Why is that dogs like some people, but not others?

Many dogs are happy-go-lucky fellows who love everyone and are happy to greet anyone they meet with a happy wagging tail.  But there are also a lot of dogs who appear to like some people, but not others.

Peggy the Chihuahua is a case in point.  She’s my little rescue dog and a contrary little thing at times and she most certainly would seem happy to make friends with some people, but not others.  For instance, she loves my one sister-in-law, but appears to be very fearful of the other – much to the latter’s disappointment!  Peggy will happily jump up to her favourite sister-in-law and will enjoy sitting on her lap; while with the other, she will grumble and growl and run away.  Neither really appear to behave any differently towards her, except that one is perhaps more laid back and the other has always been desperate to get her hands on Peggy for cuddles – and I guess Peggy always likes to do things are her own pace and in her own time.

We have been perplexed as to why Peggy seems to take to some and not others – but Holidays4Dogs has discovered a few reasons why some dogs seem to make different judgments about different people and it is not as mysterious as you might think.

  • Sense of smell – a dog has an incredibly powerful nose and it is one of the first things they will do when meeting another dog or person – given them a good sniff.  If a dog smells something they find confusing, or threatening, they will often back off and may display behaviours such as growling, or barking.  Some dogs dislike the smell of other unknown dogs (or cats) on people’s clothing but also, strong perfumes and chemicals, like paint etc, may well make your pooch turn their nose up at making friends.

  • Past experience.  Many rescue dogs have had difficult times and may have suffered abuse from certain types of people.  This may affect their behaviour towards people that remind them of past trauma – so, height, build, demeanour may all have an effect on how the dog reacts.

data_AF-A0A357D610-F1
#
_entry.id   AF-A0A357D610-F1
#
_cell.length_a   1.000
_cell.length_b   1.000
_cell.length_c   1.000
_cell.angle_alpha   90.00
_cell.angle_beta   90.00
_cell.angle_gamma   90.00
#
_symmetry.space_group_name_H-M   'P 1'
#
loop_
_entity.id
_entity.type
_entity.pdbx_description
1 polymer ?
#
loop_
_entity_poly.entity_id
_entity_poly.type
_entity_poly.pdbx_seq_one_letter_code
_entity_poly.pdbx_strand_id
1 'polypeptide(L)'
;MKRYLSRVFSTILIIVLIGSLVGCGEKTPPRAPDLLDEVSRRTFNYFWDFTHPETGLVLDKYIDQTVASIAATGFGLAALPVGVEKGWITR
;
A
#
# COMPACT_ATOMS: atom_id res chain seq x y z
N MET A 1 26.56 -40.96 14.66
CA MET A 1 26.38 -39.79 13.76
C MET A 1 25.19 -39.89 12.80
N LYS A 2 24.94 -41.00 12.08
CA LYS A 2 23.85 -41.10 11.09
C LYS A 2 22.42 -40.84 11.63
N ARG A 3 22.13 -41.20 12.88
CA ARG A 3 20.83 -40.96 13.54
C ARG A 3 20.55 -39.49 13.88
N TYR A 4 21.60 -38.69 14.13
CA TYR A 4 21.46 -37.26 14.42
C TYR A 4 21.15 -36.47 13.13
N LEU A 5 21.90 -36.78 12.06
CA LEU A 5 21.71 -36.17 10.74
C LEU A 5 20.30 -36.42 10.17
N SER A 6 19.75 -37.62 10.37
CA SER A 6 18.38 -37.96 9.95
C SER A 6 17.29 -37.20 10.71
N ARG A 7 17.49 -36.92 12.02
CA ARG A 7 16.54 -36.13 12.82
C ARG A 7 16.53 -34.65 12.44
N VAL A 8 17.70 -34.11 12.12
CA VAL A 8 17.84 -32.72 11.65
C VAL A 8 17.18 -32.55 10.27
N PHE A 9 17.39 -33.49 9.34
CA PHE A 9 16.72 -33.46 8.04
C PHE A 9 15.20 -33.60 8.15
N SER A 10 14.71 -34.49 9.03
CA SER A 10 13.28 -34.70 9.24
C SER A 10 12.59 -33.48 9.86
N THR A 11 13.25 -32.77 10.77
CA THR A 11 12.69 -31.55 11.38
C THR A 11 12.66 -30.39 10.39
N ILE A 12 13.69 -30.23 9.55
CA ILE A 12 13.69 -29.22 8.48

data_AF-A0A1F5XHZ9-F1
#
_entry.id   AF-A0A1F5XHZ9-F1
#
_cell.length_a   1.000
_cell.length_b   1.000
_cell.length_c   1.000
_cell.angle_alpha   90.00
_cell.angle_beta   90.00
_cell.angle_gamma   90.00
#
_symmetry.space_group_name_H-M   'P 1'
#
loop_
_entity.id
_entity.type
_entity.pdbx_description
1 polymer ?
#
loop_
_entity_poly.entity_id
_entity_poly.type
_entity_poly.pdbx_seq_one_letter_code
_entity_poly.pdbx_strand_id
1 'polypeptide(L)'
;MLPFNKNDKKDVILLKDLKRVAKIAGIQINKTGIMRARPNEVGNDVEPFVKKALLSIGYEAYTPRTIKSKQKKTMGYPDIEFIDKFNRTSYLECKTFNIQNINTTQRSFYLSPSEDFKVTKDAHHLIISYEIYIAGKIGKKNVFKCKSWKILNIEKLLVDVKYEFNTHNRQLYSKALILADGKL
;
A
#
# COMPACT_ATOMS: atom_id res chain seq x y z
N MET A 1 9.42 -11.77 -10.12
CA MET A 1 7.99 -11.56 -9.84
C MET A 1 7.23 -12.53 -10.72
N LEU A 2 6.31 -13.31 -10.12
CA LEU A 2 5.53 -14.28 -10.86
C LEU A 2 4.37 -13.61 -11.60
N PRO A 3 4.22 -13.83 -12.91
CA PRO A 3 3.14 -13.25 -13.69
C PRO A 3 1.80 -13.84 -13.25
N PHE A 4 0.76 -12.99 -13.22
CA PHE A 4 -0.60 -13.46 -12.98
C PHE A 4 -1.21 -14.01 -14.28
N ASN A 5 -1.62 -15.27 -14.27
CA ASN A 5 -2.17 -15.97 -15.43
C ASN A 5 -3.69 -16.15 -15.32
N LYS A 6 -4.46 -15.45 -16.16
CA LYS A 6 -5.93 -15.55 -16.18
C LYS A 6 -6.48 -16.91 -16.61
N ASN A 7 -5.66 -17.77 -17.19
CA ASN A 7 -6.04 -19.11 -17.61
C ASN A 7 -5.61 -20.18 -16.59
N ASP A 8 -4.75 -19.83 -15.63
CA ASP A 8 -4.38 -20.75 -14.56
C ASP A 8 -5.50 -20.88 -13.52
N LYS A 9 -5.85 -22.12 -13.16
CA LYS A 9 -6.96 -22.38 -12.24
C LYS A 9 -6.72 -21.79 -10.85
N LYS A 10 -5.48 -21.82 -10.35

• Body language.  Even normally friendly dogs may baulk if someone they don’t know hovers or bends over them, makes erratic movements, or gives them direct eye contact at close quarters.  While with people, not giving eye contact is widely regarded as a bit odd; in the dog world direct eye to eye gaze is seen as a threat.

  • Human to human interaction.  This is an interesting one because research has found that both dogs and monkeys appear to make social evaluations in similar ways that humans do.  Psychologists at Kyoto University carried out a study in which dogs observed their owners struggling to open a container.  After failing, the owner then asked another person for help – by simply offering the container to the other person, who either opened the container, or stayed still with arms folded.    After each interaction, the dog was given the choice to accept attention from the person, or to ignore them and in the tests where the helper refused to help – the dogs were much more likely not to accept attention from the un-helpful individual.  The same results were collected from similar tests with monkeys and it goes to show that if someone is rude or un-helpful towards you, your dog may decide for himself he doesn’t like them!

Does your dog like everyone he meets, or does he gravitate towards some people and not others?  Holidays4Dogs would love to hear your stories and why you think your dog might behave this way.